Similarly, CAPEPA prohibits retaliation against an employee for exercising his rights under CAPEPA. The employer may not interfere with, restrain, or deny the exercise or the attempt to exercise a right under CAPEPA.11 The operative word, however, is “right.” No employee has the “right” to go on a CAP leave for more than three consecutive days unless his employer approves. Likewise, CAPEPA prohibits an employer from firing, fining, suspending, expelling, disciplining, or in any other manner discriminating against an employee for exercises a right under CAPEPA or opposing a practice that CAPEPA prohibits.12

III. What Can a CAP Member Get If His Employer Violates His Rights?

CAPEPA authorizes an employee to bring a civil action in the Superior Court to enforce his rights.13 However, his remedies under CAPEPA appear to be quite limited. CAPEPA authorizes a court to “enjoin any act or practice” that violates CAPEPA and order “any equitable relief” necessary and appropriate to redress the violation or to enforce CAPEPA.14 In other words, CAPEPA appears to only authorize a court to issue an injunction, restore an employee to his former or equivalent position, or make an award of front and/or back pay. Unfortunately, an award of punitive damages isn’t available because it isn’t a form of “equitable relief.”15

But an employee can enhance his recovery under the Labor Code Private Attorney Generals Act (PAGA). For the violation of CAPEPA, PAGA allows an employee to recover a civil penalty of $100 for each aggrieved employee per pay period for an initial violation and $200 for each aggrieved employee per pay period for each subsequent violation.16a Typically, that means an employee can get an extra $100 if his employer won’t let him go on CAP leave. That might not sound like much, but PAGA entitles a prevailing employee to a mandatory award of attorney’s fees, which often dwarf any other relief he might recover.17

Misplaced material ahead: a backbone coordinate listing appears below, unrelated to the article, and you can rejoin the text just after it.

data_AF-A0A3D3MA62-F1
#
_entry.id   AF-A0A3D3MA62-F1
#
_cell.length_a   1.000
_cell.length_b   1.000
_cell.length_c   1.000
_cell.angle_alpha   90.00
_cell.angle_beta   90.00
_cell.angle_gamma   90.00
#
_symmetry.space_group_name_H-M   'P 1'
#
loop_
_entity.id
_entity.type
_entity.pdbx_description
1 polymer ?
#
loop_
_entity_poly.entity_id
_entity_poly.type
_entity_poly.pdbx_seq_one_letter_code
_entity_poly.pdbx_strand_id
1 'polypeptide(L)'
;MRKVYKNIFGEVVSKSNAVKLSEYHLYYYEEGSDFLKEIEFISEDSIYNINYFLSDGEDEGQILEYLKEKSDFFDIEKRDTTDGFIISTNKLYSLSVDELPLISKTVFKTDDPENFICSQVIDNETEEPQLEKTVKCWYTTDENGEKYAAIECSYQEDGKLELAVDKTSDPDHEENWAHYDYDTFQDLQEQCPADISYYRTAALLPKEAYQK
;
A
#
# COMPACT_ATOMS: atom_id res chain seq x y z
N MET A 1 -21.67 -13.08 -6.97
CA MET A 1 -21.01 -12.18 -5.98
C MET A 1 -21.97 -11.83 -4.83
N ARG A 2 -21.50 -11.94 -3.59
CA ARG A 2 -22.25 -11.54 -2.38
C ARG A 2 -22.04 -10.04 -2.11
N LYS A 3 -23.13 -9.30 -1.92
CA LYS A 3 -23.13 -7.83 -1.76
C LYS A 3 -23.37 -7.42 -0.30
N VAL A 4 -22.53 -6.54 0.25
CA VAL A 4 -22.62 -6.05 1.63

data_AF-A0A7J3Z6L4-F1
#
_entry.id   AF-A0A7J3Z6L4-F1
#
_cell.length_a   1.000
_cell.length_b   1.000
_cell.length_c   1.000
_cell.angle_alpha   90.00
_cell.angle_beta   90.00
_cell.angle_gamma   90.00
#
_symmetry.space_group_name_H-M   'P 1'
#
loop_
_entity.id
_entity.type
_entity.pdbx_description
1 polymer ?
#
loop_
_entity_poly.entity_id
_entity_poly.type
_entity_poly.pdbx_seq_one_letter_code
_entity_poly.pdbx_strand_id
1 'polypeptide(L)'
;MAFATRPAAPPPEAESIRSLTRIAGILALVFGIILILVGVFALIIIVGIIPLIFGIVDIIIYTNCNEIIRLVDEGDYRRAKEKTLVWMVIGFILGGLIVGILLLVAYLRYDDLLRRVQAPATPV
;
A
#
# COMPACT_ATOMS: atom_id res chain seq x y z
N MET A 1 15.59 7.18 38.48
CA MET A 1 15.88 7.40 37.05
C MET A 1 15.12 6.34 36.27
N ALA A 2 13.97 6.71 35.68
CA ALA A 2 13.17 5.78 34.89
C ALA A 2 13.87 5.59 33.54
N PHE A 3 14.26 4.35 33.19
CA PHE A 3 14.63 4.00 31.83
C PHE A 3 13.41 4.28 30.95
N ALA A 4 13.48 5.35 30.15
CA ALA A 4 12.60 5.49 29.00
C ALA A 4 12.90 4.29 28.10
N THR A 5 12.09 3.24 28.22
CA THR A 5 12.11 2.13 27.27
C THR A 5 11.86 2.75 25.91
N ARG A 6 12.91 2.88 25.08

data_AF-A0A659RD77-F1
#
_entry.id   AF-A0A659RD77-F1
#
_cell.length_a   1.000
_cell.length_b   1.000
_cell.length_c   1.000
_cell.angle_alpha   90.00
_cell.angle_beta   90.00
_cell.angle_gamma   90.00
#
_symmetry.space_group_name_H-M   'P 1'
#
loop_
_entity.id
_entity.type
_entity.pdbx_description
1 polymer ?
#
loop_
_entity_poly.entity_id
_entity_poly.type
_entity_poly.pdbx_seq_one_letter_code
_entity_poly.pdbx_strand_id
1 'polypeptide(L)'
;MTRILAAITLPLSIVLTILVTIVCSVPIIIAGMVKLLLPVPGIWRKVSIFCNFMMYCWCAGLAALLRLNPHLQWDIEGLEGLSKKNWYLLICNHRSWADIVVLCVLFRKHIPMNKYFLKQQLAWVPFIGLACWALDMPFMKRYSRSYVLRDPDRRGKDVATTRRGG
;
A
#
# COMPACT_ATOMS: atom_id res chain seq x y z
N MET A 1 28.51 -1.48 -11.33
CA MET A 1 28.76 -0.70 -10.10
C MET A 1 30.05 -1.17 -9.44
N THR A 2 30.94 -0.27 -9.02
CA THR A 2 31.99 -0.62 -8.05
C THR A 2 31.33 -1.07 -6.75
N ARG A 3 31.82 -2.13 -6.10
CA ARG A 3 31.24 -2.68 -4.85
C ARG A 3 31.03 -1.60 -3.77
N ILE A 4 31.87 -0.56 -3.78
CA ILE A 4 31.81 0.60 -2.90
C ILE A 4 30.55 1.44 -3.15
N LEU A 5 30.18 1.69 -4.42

III. What Other Laws Might Protect CAP Members?

California’s Fair Employment & Housing Act (FEHA) might also protect a CAP member. Under FEHA, an employer with at least five regular employees may not discriminate against an employee or applicant for employment because he’s a “member or veteran” of the Armed Forces, Armed Forces Reserve, U.S. National Guard, or California National Guard.18 The “Armed Forces,” of course, include the Air Force, but FEHA doesn’t define “Air Force.” Consequently, the law is unclear about whether the Legislature considers the Air Force to include CAP. The answer to the question is important because FEHA will support a claim for punitive damages and attorney’s fees.

Even if an employee’s past or current membership in CAP doesn’t make him a “member or veteran” of the Air Force, he might be able to sue under FEHA. In fact, someone who has never so much as been on a plane can sue under FEHA. This unusual outcome is the result of FEHA’s broad concept of a “protected characteristic” as including the employer’s “perception” that the employee has that characteristic.19 Thus, an employer can be liable for discrimination against a CAP member if the employer, mistakenly believing that CAP is part of the Air Force Reserves or Air National Guard, refuses to hire the employee out of fear that he’ll have to go on leave two weeks a year.


  1. Lab. Code §1503(a)(1). 

  2. Id

  3. Lab. Code §1503(b)(1). 

  4. Lab. Code §1503(c). 

  5. Lab. Code §1503(b)(2). 

  6. Id

  7. Lab. Code §1504(a). 

  8. Id

  9. Lab. Code §1502. 

  10. Id

  11.  Lab. Code §1506(a). 

  12. Lab. Code §1506(b). 

  13. Lab. Code §1507(a). 

  14. Lab. Code §1507(b). 

  15. Commodore Home Systems, Inc. v. Superior Court, 32 Cal.3d 211, 225 (1982). 

  16. Lab. Code §2699(f)(2). 

  17. Lab. Code §2699(g)(1). 

  18. Gov. Code §12926(k). 

  19. Gov. Code §12926(o). 

Ben Rothman, Esq.

Ben Rothman is a Los Angeles-based attorney practicing in the areas of personal injury, employment, and workers' compensation on a "no recovery, no fee" basis. Call him at (424) 465-2948 for a free, no-obligation consultation.